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A Guide to Good Referencing Skills: Referencing

About referencing

What is "referencing"?

Referencing is the way that you must acknowledge the sources of information that you use in your assignments, reports, and dissertation. This includes ideas, theories, quotations, facts and figures, as well as illustrations and even diagrams that are originally created by someone else

 

What is a citation?

 

Why do we reference?

  • To avoid a charge of plagiarism
  • Proper referencing demonstrates that you are familiar with the normal practices of your professional community, and also that you have researched your topic
  • To support your arguments by referring your reader to academic sources which confirm what you are saying
  • To give credit to the other authors whose work you have quoted, or to whose work you have referred
  • To allow the reader of your work to find the books, journal articles, web pages etc. which you have read
  • To demonstrate that you understand the conventions of academic writing

What happens if I use the research of experts and do not formally acknowledge it?

If you do not formally acknowledge the original source of others' work, you are in danger of committing "plagiarism". Plagiarism occurs when a writer uses the words and/or ideas of others, and does not provide the original source of the information. Penalties for plagiarism can include loss of marks, failing a subject or failing your course. 

For more information on how to avoid plagiarism, click here.

The stages of referencing

Complete referencing consists of two parts:

Referencing = In-text citation + Reference list

  1. In-text citation - An in-text referencing appears within an essay, and it is often used to strengthen or support the writer's point. We use in-text referencing to acknowledge the original source of the words, information, or ideas which are not our own. 
     
  2. Reference list - For each piece of written work that you submit, you should attach a complete, alphabetical list of the references that you have consulted, even if no specific reference is made to them in the body of your paper. A reference list might include books, periodicals, encyclopaedias, newspapers, Government documents, teachers' notes, interviews etc.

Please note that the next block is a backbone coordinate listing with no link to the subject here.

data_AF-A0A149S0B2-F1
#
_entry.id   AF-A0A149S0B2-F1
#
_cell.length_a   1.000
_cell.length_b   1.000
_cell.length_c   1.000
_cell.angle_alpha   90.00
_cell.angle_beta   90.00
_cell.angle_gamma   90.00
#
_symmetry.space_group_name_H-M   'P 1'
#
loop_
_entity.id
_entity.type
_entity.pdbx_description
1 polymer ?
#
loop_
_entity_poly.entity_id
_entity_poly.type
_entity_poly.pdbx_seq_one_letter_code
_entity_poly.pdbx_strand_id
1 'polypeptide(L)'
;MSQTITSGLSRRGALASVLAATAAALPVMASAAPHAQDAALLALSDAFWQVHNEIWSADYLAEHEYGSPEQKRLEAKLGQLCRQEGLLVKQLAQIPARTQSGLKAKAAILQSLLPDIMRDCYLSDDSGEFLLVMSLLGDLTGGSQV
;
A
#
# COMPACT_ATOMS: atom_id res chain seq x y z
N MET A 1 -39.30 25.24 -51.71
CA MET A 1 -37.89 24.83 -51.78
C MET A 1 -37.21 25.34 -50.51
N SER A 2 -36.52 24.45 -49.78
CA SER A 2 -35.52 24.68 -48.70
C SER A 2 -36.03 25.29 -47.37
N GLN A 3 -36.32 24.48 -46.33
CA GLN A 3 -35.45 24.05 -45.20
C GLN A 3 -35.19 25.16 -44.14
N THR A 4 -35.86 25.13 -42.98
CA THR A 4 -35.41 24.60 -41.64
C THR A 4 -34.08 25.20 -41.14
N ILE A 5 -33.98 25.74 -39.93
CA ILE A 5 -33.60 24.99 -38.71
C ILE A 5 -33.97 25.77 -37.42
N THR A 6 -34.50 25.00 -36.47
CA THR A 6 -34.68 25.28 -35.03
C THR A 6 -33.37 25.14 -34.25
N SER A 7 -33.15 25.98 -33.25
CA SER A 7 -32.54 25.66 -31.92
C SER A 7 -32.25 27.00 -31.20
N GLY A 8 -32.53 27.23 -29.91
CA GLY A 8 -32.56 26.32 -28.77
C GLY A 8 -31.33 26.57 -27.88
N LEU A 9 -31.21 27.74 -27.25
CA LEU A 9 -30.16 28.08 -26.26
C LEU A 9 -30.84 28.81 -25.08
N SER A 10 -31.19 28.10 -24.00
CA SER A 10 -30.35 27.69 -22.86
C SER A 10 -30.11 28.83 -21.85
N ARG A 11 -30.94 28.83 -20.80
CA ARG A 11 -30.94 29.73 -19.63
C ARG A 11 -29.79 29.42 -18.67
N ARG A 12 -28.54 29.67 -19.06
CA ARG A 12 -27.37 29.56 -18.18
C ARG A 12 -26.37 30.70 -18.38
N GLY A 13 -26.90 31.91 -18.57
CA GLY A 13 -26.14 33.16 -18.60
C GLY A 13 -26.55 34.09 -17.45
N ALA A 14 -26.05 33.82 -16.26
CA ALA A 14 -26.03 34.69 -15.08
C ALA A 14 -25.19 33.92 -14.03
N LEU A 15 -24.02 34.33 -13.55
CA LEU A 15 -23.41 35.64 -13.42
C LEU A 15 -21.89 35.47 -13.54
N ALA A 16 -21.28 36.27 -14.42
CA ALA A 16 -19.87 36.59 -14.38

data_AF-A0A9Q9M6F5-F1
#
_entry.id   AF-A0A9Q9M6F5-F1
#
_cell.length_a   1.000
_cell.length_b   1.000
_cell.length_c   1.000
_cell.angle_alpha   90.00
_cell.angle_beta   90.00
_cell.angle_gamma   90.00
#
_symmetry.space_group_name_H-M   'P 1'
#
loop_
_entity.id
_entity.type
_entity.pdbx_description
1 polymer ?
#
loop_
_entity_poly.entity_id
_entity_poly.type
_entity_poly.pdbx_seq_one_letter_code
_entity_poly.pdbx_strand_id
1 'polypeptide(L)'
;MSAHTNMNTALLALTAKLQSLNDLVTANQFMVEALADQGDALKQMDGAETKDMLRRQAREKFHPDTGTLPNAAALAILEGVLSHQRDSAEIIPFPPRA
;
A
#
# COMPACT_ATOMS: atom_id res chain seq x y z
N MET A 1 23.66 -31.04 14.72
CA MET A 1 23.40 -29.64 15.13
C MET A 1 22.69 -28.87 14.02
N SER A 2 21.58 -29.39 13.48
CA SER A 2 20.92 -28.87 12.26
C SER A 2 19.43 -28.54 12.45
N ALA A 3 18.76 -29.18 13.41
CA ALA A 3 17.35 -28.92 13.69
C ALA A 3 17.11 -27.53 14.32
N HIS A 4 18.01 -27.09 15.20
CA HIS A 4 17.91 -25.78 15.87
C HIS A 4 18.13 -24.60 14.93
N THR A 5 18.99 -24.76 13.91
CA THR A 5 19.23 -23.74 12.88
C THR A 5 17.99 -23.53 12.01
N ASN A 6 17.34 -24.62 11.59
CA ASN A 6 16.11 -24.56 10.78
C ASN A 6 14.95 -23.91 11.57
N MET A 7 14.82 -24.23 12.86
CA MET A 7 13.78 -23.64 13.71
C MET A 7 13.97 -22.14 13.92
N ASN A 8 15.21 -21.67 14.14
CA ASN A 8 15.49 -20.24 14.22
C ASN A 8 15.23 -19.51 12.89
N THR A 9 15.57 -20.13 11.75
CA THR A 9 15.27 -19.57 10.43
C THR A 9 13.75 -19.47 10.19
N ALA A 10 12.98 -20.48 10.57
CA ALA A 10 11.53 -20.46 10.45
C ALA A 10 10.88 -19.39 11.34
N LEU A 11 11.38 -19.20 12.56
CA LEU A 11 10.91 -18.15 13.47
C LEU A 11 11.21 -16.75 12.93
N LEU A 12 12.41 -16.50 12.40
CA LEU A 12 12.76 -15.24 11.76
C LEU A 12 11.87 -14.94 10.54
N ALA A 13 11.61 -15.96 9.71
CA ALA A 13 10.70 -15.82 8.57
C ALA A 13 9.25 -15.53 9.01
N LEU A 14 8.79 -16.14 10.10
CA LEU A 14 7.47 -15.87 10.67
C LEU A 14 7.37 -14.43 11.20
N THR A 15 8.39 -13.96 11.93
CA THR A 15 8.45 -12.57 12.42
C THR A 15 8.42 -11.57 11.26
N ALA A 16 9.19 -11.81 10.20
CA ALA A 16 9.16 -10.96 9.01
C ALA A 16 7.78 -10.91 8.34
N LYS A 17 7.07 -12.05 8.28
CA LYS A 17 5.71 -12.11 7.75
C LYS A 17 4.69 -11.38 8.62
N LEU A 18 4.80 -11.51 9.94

There are many ways to reference and reference - in fact, more than one hundred - and different professional and academic disciplines use different styles. Biology and geology, for example, use the Columbia style, while the MLA style is used in economics, ACS style is used in chemistry, and the Chicago style is the standard for political science.

The style of the American Psychological Association (APA) is used to reference and reference in the social sciences, and also includes many business and management subjects.

For more information on APA style, click here.

The in-text citation will always be inserted in your report or assignment, where you have quoted or paraphrased someone else’s work. 

Each in-text citation refers to a full reference in the reference list. 

In-text citation styles differ depending on the style. In APA style, it uses author-date citation system for in-text citation. You should include the following pieces of information. 

  • brackets
  • surname(s) of the author or authors
  • year of publication
  • page reference also included only when you have quoted directly or referring to an illustration 

Inserting citations

These rules apply for any citation, regardless of the type of material. 

Situation Rule Example
When you paraphrase: The full citation appears in brackets. If it is at the end of a sentence, it will always appear before the full stop. APA uses a comma after the last author's name and before the year. (Adams, 2012)
When you paraphrase and want to use the author(s) name(s) in the sentence:             Only the year of publication will appear in brackets. Brown (2006) has noted the complicated nature of life...